The management of this endangered species is in transition between a salmon management plan developed nearly two decades ago and a more recent biological opinion protecting Central Valley steelhead, Sacramento winter run and spring run chinook salmon, green sturgeon and the southern resident population of killer whales.

“We’re concerned about what happens now to the winter run now that we’ve seen four straight years of low returns,” said Dan Lawson, NMFS biologist. “The old thinking was that as long as the numbers are increasing, we couldn’t be harming the winter run through the fishing regulations.”

Lawson said they are hoping to have a new management plan in operation by 2012.

The Winnemem Wintu Tribe, along with opposing the peripheral canal and a plan to raise Shasta Dam, is trying to pressure the federal and state governments to support their plan to reintroduce McCloud winter run chinook salmon from New Zealand to the McCloud River above Shasta Lake. Thirty members of the Tribe went to New Zealand last spring to conduct joint ceremonies with the Maori people to bring salmon eggs from winter run chinook, now thriving in the Rakaira and other rivers, back to their native river.

The Central Valley spring chinook salmon population, after years of rising abundance due to the removal of dams and other habitat improvements on Butte Creek and other Sacramento River tributaries, has declined over the past few years also. A total of 4,612 fish, including 1,661 hatchery fish and 2,951 natural spawners, returned to the system in 2010. In contrast, an estimated 21,319 natural spawners and 4,052 adult hatchery fish came back in 2005.

The Sacramento River fall chinook run, the driver of West Coast salmon fisheries, declined from 798,770 adult chinooks in 2002 to only 39,530 fish in 2009. The unprecedented collapse prompted the federal and state governments to close recreational and commercial salmon fishing off the California and southern Oregon coast in 2008 and 2009.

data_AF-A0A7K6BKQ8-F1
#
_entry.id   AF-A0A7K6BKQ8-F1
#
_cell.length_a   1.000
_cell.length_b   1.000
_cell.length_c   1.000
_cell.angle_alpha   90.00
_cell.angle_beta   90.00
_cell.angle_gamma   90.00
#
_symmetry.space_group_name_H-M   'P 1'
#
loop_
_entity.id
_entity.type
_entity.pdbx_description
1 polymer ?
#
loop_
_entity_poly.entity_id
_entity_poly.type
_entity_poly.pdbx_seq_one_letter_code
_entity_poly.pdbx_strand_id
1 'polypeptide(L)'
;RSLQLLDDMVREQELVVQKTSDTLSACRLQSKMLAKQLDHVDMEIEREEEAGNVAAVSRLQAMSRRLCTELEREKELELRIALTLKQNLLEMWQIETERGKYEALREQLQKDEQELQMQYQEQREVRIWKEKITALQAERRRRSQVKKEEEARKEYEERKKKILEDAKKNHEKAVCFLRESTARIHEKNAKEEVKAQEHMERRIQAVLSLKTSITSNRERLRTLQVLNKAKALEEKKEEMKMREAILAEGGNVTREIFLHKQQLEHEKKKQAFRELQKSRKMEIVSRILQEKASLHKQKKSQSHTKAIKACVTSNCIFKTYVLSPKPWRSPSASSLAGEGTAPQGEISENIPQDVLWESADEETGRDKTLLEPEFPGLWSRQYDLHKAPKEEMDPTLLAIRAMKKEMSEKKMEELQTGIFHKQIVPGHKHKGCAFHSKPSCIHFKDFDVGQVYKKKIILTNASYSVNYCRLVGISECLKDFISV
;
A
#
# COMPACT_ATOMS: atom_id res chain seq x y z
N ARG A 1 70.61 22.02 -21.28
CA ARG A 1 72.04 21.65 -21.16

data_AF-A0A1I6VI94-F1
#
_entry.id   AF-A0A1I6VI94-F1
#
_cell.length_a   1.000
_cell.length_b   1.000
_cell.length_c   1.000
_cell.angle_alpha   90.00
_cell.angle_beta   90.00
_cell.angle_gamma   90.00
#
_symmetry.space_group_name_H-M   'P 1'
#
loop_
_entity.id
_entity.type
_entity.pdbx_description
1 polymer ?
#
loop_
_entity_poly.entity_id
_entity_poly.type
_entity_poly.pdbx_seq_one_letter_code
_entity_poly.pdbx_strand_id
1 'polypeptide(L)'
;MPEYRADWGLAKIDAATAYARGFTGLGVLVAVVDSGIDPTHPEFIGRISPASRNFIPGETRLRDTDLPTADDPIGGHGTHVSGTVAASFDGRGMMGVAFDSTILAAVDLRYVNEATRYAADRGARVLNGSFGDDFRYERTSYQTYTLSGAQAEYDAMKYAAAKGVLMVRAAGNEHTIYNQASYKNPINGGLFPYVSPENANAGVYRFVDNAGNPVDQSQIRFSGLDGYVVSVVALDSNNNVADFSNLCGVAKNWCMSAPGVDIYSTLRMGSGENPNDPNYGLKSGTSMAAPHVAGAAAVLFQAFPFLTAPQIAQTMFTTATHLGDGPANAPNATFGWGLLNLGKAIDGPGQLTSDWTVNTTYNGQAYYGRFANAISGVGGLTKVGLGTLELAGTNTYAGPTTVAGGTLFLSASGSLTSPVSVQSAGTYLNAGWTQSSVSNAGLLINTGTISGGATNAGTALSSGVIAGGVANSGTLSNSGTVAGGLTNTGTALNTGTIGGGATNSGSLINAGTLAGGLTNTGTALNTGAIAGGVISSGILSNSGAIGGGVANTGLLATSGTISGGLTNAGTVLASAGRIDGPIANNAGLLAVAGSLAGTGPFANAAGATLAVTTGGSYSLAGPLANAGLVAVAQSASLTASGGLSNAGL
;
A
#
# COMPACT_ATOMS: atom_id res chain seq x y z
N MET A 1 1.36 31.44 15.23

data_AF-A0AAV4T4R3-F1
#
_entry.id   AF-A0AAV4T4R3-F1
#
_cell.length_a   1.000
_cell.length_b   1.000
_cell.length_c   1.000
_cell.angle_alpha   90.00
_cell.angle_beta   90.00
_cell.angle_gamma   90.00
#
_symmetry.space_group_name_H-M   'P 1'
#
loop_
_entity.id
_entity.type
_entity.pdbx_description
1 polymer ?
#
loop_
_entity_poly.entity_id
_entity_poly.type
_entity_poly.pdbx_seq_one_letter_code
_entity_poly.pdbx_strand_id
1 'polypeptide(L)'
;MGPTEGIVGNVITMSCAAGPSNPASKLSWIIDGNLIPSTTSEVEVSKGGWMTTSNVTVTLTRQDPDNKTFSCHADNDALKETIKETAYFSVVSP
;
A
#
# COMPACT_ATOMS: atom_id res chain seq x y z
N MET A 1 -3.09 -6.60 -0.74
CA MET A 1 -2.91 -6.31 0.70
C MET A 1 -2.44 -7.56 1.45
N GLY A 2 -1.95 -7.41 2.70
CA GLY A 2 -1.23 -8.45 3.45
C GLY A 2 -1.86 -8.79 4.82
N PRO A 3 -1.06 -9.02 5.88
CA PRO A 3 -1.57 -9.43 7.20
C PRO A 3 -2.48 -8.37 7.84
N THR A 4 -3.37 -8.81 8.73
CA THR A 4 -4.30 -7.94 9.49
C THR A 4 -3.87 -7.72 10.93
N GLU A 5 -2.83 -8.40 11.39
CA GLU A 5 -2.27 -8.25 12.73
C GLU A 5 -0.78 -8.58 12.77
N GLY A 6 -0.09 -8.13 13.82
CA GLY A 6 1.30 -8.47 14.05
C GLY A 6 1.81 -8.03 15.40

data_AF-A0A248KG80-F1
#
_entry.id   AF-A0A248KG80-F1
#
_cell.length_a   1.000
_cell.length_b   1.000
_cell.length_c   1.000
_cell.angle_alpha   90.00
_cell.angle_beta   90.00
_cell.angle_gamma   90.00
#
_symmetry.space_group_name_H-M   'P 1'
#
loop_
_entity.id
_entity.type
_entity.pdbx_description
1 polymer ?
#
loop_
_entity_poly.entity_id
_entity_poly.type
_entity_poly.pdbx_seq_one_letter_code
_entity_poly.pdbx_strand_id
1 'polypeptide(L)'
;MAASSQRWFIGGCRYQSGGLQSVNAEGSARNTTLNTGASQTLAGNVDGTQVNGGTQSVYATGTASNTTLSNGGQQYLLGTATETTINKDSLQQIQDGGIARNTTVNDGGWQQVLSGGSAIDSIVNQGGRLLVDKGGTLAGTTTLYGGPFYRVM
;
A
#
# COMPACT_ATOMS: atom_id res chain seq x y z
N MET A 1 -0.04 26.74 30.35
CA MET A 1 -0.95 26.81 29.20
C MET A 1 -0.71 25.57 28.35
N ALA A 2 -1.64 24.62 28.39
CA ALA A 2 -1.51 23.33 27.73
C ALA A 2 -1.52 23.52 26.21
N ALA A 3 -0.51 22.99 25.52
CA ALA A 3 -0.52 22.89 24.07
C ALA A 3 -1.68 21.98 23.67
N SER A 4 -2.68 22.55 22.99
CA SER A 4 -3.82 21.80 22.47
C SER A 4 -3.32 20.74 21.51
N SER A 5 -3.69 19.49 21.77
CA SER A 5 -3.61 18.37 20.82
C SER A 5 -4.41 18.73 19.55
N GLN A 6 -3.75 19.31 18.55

Due to improved ocean salmon numbers, a severely restrictive commercial season and short recreational season opened in 2010.

Factors figuring prominently in the Central Valley salmon and Delta pelagic (open water) species collapses include water exports from the Sacramento-San Joaquin River Delta, increases in toxic chemicals and ammonia discharges into Central Valley streams and the failure of the state of California to regulate agricultural water pollution. Ocean conditions also played a role in the Sacramento salmon crash.

On the Klamath River, the ocean abundance forecast for fall run chinooks is 371,114 fish, noted Morgan Knechetle, DFG biologist. This compares to an abundance forecast of 331,500 fish in 2010.

“The preseason forecast of the number of fall chinooks returning to the Klamath Basin was 110,700, compared to a post season estimate of 91,000 fish,” he stated. “We didn’t quite make our goal.”

He was concerned that both the Shasta and Scott River natural spawning salmon populations were down in 2010. A total of only 2507 fall chinook returned to the Scott River in 2010, compared to an average run of 5,200 fish. Likewise, only 1,346 salmon returned to the Shasta in 2010, less than one third of average and a far cry from the 75,000 fish that returned to the river in 1935.

The recreational ocean salmon season alternatives from the OR/CA Border to Horse Mountain (California Klamath Management Zone) will all close on September 5, but are based on different opening dates. The three alternatives are May 7 through September 5, May 21 through September 5, and May 28 through September 5.

More information on west coast salmon returns and ocean fisheries can be found online in the PFMC’s Review of the 2010 Ocean Salmon Fisheries.

A list of meetings to be held throughout the season-setting process can be found on DFG’s website.


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Fall Chinook to Run High, But Spring-winter Numbers Plummet